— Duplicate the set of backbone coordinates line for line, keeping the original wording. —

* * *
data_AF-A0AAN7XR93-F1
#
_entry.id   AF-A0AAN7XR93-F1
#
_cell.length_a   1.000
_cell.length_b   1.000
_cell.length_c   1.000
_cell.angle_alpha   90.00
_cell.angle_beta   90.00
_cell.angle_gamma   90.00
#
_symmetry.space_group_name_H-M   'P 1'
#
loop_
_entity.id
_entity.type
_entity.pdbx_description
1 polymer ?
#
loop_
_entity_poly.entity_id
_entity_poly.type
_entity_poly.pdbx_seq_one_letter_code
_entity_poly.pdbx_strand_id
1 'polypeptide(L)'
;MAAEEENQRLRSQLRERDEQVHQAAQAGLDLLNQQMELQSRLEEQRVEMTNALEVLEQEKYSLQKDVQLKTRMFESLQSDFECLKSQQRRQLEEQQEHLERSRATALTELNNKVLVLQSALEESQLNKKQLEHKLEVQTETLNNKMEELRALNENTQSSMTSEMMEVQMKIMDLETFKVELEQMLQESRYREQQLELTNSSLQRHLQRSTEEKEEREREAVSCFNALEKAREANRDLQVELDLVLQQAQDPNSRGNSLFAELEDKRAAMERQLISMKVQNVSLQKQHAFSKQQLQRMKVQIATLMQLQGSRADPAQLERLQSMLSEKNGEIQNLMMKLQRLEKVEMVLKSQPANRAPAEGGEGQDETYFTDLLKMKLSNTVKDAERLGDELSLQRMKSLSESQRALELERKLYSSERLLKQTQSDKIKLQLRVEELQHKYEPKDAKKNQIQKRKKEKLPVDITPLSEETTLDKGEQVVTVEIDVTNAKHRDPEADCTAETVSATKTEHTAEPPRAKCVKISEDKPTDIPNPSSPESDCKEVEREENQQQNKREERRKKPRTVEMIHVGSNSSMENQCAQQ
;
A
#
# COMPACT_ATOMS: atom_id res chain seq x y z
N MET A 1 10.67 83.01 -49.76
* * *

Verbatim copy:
data_AF-A0AAN7XR93-F1
#
_entry.id   AF-A0AAN7XR93-F1
#
_cell.length_a   1.000
_cell.length_b   1.000
_cell.length_c   1.000
_cell.angle_alpha   90.00
_cell.angle_beta   90.00
_cell.angle_gamma   90.00
#
_symmetry.space_group_name_H-M   'P 1'
#
loop_
_entity.id
_entity.type
_entity.pdbx_description
1 polymer ?
#
loop_
_entity_poly.entity_id
_entity_poly.type
_entity_poly.pdbx_seq_one_letter_code
_entity_poly.pdbx_strand_id
1 'polypeptide(L)'
;MAAEEENQRLRSQLRERDEQVHQAAQAGLDLLNQQMELQSRLEEQRVEMTNALEVLEQEKYSLQKDVQLKTRMFESLQSDFECLKSQQRRQLEEQQEHLERSRATALTELNNKVLVLQSALEESQLNKKQLEHKLEVQTETLNNKMEELRALNENTQSSMTSEMMEVQMKIMDLETFKVELEQMLQESRYREQQLELTNSSLQRHLQRSTEEKEEREREAVSCFNALEKAREANRDLQVELDLVLQQAQDPNSRGNSLFAELEDKRAAMERQLISMKVQNVSLQKQHAFSKQQLQRMKVQIATLMQLQGSRADPAQLERLQSMLSEKNGEIQNLMMKLQRLEKVEMVLKSQPANRAPAEGGEGQDETYFTDLLKMKLSNTVKDAERLGDELSLQRMKSLSESQRALELERKLYSSERLLKQTQSDKIKLQLRVEELQHKYEPKDAKKNQIQKRKKEKLPVDITPLSEETTLDKGEQVVTVEIDVTNAKHRDPEADCTAETVSATKTEHTAEPPRAKCVKISEDKPTDIPNPSSPESDCKEVEREENQQQNKREERRKKPRTVEMIHVGSNSSMENQCAQQ
;
A
#
# COMPACT_ATOMS: atom_id res chain seq x y z
N MET A 1 10.67 83.01 -49.76